Prolotherapy is the rehabilitation of an incompetent structure by the induced proliferation of new cells. This is a method of injection treatment designed to stimulate healing and can be used in multiple painful sites such as ligament and tendon insertions, trigger points, and adjacent joint spaces. Prolotherapy works by causing a temporary inflammatory reaction at the site of injury and tricking the body into initiating repair into the tissue that was injured. Some examples of injuries can include tendinopathies, ligament sprains, and/or tears, osteoarthritis, and vertebral disc damage.
Platelet Rich Plasma (PRP) is a type of prolotherapy that involves the injection of a concentration of plasma into the target tissue. Plasma is a component of blood. The plasma in blood contains proteins called growth factors that assist with healing. PRP is plasma with a higher concentration of platelets than what is naturally found in blood. When someone is being prepped to receive PRP injections, that individual’s blood is drawn and platelets are separated from other blood cells by a centrifuge in order to produce PRP. The resulting substance is then injected into the area that requires healing in order to speed the healing process. PRP promotes the enhancement of bone remodeling, proliferation, vessel remodeling, angiogenesis, inflammation, coagulation, and cell differentiation.
The healing process can be broken down into different phases including homeostasis, inflammatory, proliferation, and remodeling phases, in order to provide some guidelines for recovery. Hemostasis is the process of the wound being closed by clotting. Hemostasis starts when blood leaks out of the body after the injection is completed. The first step of hemostasis is when blood vessels constrict to restrict the blood flow. Next, platelets (including those injected) stick together in order to seal the break in the wall of the blood vessel. Finally, coagulation occurs and reinforces the platelet plug with threads of fibrin which are like a molecular binding agent. The hemostasis stage of wound healing happens very quickly.
The inflammatory phase typically happens during the initial 0-3 days following injections, however, can last up to 7 days. No NSAIDs and complete rest is usually prescribed during this phase. Inflammation both controls bleeding and prevents infection. In this phase, the fluid engorgement allows healing and repair cells to move to the site of the wound, including the injected PRP. During the inflammatory phase, damaged cells, pathogens, and bacteria are removed from the wound area. These white blood cells, growth factors, nutrients, and enzymes create the swelling, heat, pain, and redness commonly seen during this stage of wound healing. Inflammation is a natural part of the wound healing process and only problematic if prolonged or excessive.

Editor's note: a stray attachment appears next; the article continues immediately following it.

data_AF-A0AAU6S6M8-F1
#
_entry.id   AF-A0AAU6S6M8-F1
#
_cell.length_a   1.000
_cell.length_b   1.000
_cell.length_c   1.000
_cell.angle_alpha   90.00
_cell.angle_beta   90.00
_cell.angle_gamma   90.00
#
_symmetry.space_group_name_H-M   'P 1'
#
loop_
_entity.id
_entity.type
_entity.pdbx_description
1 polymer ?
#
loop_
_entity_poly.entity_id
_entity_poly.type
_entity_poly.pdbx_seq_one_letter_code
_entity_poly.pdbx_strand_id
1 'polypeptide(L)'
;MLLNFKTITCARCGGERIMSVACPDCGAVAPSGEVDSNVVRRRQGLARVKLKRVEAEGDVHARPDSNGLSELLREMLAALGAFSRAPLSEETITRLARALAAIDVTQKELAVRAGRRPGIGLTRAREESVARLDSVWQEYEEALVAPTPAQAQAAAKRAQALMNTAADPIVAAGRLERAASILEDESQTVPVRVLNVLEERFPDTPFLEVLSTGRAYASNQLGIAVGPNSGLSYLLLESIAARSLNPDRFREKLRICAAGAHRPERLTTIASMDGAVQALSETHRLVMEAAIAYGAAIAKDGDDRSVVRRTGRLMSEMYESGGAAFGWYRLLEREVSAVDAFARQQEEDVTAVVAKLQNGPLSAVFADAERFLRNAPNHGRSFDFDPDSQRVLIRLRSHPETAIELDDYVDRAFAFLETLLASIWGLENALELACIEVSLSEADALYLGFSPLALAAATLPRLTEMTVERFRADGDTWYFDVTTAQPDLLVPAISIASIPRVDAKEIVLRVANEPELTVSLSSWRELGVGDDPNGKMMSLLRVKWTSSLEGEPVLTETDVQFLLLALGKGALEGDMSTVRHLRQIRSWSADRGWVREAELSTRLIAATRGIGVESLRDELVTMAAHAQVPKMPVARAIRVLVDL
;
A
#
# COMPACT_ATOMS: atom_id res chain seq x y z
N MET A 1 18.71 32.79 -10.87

The proliferation stage can be divided into two separate phases based on time after injections. No NSAIDs up to 4 weeks and relative rest including increased tolerance to ADLs is usually prescribed during this phase. Physical Therapy typically begins anywhere from 7 days-4 weeks after injections are performed. Proliferation phase I usually begins anywhere from 4-14 days after injections. During this time, immune cells release various growth factors and cytokines, fibroblasts begin laying down various collagen tissues, disorganized scar forms with blood vessels, fat cells, fibroblasts, and inflammatory cells and collagen becomes aligned. In Physical Therapy, relative rest progressed to full weight-bearing, gradual progressions with A/PROM, stretches and correct biomechanical dysfunction of all surrounding joints are the main goals. In Proliferation phase II, is 2-8 weeks post injections. During this time, manual therapy focuses on soft tissue mobilization, transfer friction massage to the injection site, and joint mobilizations. Progression with strength exercises including concentric to eccentric strengthening, progressing weight as well as balance and proprioception after 2 weeks.
The final phase is healing is the remodeling (maturation) phase which occurs 6-8 weeks post injections. During this phase, the collagen fibers are maturated, the tissue matrix starts to resemble normal tissue alignment. This process can last up to a year. During this phase, activities and exercises are gradually progressed in order to return back to sport and/or normal activity. All functional activities at this phase should be multi-planar movements. Plyometric training including progressing to high velocity/intensive activities are included. Physical Therapy is focused on exercises and is usually decreased to 1x/week.
Recovery from PRP can vary in terms of what was being treated, whether a tendon, ligament, muscle, cartilage, or bone; as well as where on the body is being treated. Exercise is vital to good health and finding a way to cross-train around your injury is important not only for your physical health but for your mental health as well. Improvements in pain and function should be expected 8 to 12 weeks after injection and some injuries may require more than one treatment. Therefore, it is important to get specific instructions and guidelines from your Physician and Physical Therapist throughout the recovery period. At AKPT all of our PT’s are highly trained in rehabilitation post prolotherapy injections. Ask your PT about prolotherapy today!
Physical Therapy Considerations following Regenerative Medicine Interventions; Chapter 14; Regenerative treatments in Sports and Orthopedic Medicine; Angela Gordon and Kwang Han